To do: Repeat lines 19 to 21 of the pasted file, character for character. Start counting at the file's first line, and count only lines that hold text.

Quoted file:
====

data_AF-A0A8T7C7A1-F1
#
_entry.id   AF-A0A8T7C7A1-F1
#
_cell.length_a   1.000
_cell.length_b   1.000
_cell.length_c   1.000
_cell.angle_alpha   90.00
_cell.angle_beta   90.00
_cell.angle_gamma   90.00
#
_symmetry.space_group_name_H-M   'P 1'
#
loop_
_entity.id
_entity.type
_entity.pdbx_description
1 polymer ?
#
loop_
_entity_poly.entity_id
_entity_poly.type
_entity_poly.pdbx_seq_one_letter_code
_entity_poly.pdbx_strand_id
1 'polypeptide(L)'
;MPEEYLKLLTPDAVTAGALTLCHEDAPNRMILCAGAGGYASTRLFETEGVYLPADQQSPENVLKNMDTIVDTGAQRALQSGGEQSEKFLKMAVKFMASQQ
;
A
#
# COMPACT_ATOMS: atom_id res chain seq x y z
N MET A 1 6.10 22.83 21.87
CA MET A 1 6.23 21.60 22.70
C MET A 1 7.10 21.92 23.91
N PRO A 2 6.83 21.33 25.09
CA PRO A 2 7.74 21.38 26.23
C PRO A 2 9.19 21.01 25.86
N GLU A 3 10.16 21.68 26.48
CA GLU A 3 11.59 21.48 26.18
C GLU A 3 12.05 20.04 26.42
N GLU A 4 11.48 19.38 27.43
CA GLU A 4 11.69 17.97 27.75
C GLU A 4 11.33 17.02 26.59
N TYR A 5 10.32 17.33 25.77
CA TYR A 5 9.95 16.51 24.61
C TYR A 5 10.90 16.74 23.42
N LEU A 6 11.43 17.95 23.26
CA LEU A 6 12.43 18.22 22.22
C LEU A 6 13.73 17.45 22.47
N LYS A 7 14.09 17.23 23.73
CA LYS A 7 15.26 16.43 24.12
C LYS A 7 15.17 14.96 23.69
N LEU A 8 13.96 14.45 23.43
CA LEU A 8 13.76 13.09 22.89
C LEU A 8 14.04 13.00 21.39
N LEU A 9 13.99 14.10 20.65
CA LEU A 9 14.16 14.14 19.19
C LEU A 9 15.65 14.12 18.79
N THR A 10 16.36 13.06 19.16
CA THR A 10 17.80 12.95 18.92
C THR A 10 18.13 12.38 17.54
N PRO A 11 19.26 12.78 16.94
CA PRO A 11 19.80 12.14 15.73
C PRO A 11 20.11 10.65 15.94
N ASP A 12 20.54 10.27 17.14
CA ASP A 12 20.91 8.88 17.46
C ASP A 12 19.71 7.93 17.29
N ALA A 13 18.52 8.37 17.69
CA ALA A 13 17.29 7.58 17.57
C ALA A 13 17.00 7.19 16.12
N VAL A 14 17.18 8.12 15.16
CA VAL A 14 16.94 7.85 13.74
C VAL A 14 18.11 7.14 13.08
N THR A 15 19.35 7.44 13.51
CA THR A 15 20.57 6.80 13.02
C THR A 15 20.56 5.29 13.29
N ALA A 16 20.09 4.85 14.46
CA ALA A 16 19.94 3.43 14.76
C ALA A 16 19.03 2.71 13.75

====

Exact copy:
#
loop_
_entity_poly.entity_id